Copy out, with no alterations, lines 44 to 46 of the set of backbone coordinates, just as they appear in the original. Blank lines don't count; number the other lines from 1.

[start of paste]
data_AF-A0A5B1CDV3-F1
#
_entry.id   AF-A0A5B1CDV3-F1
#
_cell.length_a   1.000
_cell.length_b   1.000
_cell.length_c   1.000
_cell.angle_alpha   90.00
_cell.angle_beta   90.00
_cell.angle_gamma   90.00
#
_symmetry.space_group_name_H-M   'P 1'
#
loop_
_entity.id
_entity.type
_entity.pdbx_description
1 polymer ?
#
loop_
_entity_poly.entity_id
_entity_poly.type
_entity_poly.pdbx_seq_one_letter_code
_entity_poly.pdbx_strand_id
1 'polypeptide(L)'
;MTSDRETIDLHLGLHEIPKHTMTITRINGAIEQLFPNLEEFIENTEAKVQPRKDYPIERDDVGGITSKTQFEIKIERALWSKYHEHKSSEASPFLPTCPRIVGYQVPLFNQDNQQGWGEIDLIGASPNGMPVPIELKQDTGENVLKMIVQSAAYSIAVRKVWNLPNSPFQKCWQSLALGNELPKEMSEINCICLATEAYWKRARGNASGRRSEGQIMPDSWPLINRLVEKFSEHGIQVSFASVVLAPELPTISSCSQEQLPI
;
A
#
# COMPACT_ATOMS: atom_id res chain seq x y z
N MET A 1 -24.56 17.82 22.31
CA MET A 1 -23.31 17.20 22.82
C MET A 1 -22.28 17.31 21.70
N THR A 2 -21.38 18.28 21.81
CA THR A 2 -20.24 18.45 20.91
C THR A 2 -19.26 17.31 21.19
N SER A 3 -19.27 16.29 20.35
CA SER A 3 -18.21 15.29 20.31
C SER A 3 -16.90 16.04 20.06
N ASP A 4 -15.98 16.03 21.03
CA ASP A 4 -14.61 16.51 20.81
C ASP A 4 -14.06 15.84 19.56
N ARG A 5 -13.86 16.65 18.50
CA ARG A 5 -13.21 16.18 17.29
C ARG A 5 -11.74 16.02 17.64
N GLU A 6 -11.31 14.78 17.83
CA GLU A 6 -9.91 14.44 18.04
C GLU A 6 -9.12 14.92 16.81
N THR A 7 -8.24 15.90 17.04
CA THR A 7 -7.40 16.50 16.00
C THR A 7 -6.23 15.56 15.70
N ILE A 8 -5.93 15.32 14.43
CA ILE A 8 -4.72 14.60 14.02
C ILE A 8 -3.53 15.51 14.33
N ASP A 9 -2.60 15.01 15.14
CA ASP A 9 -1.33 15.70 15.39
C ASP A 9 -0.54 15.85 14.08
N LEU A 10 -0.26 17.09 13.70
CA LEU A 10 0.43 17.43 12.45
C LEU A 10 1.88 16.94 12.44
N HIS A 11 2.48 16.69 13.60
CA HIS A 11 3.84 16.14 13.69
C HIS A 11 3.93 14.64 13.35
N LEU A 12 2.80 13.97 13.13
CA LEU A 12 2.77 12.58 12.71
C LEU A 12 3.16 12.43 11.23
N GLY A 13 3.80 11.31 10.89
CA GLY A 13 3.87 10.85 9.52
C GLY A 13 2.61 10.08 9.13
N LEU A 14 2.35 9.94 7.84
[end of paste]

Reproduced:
CA ARG A 5 -13.21 16.18 17.29
C ARG A 5 -11.74 16.02 17.64
N GLU A 6 -11.31 14.78 17.83